Dallas Morning News' Slater falsely attributed to Media Matters description of Hewitt as "a Renaissance Man of the New Media universe"

››› ››› SIMON MALOY

In a September 1 Dallas Morning News column, Austin bureau chief Wayne Slater wrote that conservative radio host Hugh Hewitt "sees the freewheeling mix of radio and the Internet as a potent force that has undermined what he calls the creaky monopoly of liberal mainstream media," adding: "The liberal group Media Matters, no fan of Mr. Hewitt's politics, nonetheless dubbed him 'a Renaissance Man of the New Media universe.' " In fact, it was not Media Matters that described him as such, but rather Roger Aronoff, a media analyst for the conservative media "watchdog" group Accuracy in Media, in a September 15, 2005, column.

From Slater's September 1 column:

Mr. Hewitt represents the shift in the way many people get their information. He is the ideological soulmate of fellow radio talkers Rush Limbaugh and Sean Hannity but also one of the earliest conservatives to plunge wholeheartedly into the blogosphere.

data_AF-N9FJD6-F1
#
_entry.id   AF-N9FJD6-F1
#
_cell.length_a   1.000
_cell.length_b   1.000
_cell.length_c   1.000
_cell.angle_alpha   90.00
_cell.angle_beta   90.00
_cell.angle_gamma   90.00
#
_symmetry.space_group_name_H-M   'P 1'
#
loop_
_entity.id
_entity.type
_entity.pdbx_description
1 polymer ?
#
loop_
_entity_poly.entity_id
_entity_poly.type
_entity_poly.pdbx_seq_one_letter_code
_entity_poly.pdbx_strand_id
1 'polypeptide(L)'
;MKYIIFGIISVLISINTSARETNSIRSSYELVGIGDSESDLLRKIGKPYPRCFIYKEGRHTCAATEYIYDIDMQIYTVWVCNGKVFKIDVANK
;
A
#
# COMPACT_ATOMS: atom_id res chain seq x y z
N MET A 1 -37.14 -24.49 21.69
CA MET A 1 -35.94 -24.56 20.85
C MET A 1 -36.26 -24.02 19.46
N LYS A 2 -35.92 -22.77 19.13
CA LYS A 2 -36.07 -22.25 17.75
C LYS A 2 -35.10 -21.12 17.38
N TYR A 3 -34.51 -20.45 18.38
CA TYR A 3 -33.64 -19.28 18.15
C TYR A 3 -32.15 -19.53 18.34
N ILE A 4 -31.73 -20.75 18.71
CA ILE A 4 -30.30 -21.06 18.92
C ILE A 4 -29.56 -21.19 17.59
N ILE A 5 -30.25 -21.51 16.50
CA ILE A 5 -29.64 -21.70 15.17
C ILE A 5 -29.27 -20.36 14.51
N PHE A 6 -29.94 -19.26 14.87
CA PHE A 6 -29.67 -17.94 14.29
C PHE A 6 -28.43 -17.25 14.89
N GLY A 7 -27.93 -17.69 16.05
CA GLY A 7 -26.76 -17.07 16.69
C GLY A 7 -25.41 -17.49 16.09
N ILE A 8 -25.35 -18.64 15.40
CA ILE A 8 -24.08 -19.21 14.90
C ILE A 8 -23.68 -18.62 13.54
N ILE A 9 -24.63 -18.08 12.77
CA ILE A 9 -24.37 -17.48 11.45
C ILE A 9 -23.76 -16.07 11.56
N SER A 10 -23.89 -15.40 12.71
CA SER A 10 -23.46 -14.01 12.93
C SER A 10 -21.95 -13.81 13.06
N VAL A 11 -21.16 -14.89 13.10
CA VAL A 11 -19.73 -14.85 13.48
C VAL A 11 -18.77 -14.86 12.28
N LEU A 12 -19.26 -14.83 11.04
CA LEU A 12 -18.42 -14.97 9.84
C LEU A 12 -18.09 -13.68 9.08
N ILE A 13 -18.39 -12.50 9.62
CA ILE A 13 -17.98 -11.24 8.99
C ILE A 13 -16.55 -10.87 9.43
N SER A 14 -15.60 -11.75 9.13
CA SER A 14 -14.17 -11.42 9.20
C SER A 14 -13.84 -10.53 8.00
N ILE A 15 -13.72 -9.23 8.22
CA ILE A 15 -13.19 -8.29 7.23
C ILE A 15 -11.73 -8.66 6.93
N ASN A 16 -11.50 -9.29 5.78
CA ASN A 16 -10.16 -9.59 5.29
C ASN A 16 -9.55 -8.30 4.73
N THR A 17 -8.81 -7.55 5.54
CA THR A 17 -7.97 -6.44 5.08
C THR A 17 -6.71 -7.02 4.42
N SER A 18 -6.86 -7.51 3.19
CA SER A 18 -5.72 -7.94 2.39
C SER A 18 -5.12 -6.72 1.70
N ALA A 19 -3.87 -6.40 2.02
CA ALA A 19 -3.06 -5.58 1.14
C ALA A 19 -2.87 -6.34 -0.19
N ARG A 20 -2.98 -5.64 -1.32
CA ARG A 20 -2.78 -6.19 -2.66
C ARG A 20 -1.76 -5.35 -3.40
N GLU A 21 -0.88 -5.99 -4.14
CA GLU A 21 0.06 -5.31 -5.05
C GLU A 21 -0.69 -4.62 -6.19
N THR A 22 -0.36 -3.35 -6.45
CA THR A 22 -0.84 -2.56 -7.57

He sees the freewheeling mix of radio and the Internet as a potent force that has undermined what he calls the creaky monopoly of liberal mainstream media.

The liberal group Media Matters, no fan of Mr. Hewitt's politics, nonetheless dubbed him "a Renaissance Man of the New Media universe."

From Aronoff's September 15, 2005, column:

Conservatives are often held up by the liberal media as a rare species to be studied and explained to their viewers and readers. It is a nuisance that they used to not have to worry about. Perhaps that is why the New York Times has a writer for whom conservatives are his beat. And perhaps it explains the recent New Yorker profile of Hugh Hewitt, lawyer, teacher, radio host, and author of the book Blog: Understanding the Information Reformation.

Hewitt, a Renaissance Man of the New Media universe, previously worked for then-former President Nixon at his Western White House in California, and in the Reagan Justice Department, where he worked with current Supreme Court nominee John Roberts.

Media Matters' coverage of Hewitt can be reviewed here.

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